They are smarter than us...I swear.
(in fact, they should be, since they've been around since the first dinosaurs and have survived every worldwide catostrophe since then, and all they while have been evolving at a very rapid speed)
Cockroaches and "The Bomb"
You've probably heard the story about cockroaches surviving a nuclear war: we die but they live! This is supposed to make you feel better when you have trouble getting rid of these critters.
So, the real truth: radiologists have found that humans can safely withstand a one-time exposure of 5 rems (A "rem" is the dosage of radiation that will cause a specific, measured amount of injury to human tissue). A lethal dose is 800 rems or more (people are exposed to about 16 rems during their lifetime).
Insect researchers have found that cockroaches can tolerate a much higher dose -- really higher! The lethal dose for the American cockroach is 67,500 rems and for the German cockroach it is between 90,000 and 105,000 rems (yikes!). In truth the amount of radiation that cockroaches can withstand is equivalent to that of a thermonuclear explosion. So, show a little respect the next time your chasing one through the kitchen with a spray can in your hand!
Reprinted from the Urban Pest Control Research Center Newsletter, April 8, 1996. By Bill Robinson, Virginia Polytechnic Institute and State University, Department of Entomology
a cockroach could live a long time, perhaps a month, without its head.
The world's largest roach (which lives in South America) is six inches long with a one-foot wingspan.
Roaches By the Numbers
6 -- Number of legs on a cockroach
18 -- Number of knees on most cockroaches (at least!)
40-- Number of minutes cockroaches can hold their breath
75 -- Percentage of time that cockroaches spend just resting (how lazy can you get?)
Some female cockroaches mate once and are pregnant for the rest of their lives (bummer).
Better Check Those Cracks in the Wall
Young cockroaches need only a crack as thin as a dime (about .5mm wide) to crawl into. Adult males can squeeze into a space of 1.6mm or the thickness of a quarter.
Cockroaches can run up to three miles in an hour. (Hey, it's no marathon, but it's not bad.)
Male cockroaches transfer sperm to females in a "gift-wrapped" package called a spermatophore. Some males cover the package in a protein-rich wrapping that the female can eat to obtain nutrients to raise her young. Delicious!
The Blattodea or Cockroaches
In the introduction to his book "The Cockroach Vol.1" P.B.Cornwell's opening sentence is . "The Cockroach is probably the most obnoxious insect known to man."
This is obviously the statement of a man who has spent too much time studying those few species of Blattodea which have so much in common with mankind that they have chosen to live with us.
There are nearly 4,000 species of Cockroaches (Dictyoptera, Blattodea) in the world, of which only 25 to 30 (or less than 1%) have any pest status, the rest are innocent members of the Earth's fauna, some of which are clean living, non-aggressive and slow moving, and as such make great pets. The largest known Cockroaches in the world are (largest wingspan up to 18 cm) Megaloblatta longipennis, largest body, Macropanesthia rhinocerus from Australia weighing in at up to 50 grams. The smallest known is Attaphilla fungicola which lives in the nests of Leaf Cutter ants of the genus Atta in North America and feeds on the fungus they farm, it is about 4 mm long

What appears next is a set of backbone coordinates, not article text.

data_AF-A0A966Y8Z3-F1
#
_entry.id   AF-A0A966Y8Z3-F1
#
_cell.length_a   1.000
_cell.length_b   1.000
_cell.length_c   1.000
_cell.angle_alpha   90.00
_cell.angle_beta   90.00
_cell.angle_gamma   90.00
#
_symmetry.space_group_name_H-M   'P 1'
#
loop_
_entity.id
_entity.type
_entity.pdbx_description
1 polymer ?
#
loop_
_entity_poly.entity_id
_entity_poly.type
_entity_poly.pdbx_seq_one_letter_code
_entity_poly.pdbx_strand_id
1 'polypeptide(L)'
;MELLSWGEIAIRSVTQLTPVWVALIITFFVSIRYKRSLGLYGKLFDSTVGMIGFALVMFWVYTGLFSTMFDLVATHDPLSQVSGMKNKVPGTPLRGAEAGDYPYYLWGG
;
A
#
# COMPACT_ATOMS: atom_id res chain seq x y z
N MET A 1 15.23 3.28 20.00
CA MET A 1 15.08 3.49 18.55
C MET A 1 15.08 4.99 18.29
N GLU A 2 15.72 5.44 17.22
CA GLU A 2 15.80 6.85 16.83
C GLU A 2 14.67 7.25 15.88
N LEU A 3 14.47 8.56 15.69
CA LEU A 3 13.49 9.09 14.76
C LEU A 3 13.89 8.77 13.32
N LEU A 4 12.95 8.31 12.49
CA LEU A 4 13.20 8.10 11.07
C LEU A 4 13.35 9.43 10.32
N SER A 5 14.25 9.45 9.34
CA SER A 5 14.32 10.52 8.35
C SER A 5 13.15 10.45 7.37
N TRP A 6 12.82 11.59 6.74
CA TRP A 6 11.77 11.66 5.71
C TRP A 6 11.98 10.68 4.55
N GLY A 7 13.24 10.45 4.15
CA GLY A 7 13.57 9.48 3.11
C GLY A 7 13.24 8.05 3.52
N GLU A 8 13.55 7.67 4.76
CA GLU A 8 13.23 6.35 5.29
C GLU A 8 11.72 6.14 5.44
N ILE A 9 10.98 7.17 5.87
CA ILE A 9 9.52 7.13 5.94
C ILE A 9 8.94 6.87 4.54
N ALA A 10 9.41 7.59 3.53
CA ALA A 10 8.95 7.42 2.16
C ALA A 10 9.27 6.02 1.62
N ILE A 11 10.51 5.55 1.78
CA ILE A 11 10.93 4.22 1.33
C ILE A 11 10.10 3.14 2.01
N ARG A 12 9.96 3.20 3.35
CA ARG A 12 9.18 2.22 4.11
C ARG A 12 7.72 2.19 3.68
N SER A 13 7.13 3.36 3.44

Gordon's Blattodea Page
Cockroaches (Periplaneta americana) can really move. They can run at speeds of nearly 3km/hr (0.8 m/s). They can make up to 25 body turns in a second - the highest known rate in the animal kingdom. And, being nocturnal, they do most of this in the dark. So why don't they crash into things?
The answer is: their antennae
. In a series of cockroach-assault course experiments J Camhi and E Johnson of The Hebrew University, Jerusalem, Israel have found that these much-loathed insects boast highly flexible and seriously sensitive antennae one and a third times the length of their bodies and segmented into between 150 and 170 jointed sections.
Camhi and Johnson set cockroaches (whose antenna and other sensory organs they disabled in various ways) the task of negotiating their way around a circular arena with either straight or pleated sides. As the duo report in The Journal of Experimental Biology, their slightly macabre manipulations revealed that the insects navigated the space by staying close to the wall at a strikingly fixed distance and dragging their antenna along it as they went.
At walking speed intact cockroaches simply tapped their antennae on the arena wall, but the faster an insect moved the more time the two stayed in contact. When the researches experimented with simple antenna amputations, they found that the shorter an insect's antenna, the closer it walked to the wall at all running speeds, apparently using sensory input from other body parts, such as its legs, to glean information about its position relative to possible obstacles. And experiments with the pleat-sided arena showed that cockroaches can respond remarkably quickly - after around 29 milliseconds - to the sensory cues that their antennae deliver.
Furthermore the researchers found that blinded and deafened cockroaches were able to navigate completely normally
, even if their average speeds were lower than their sighted and air-current-sensitive counterparts.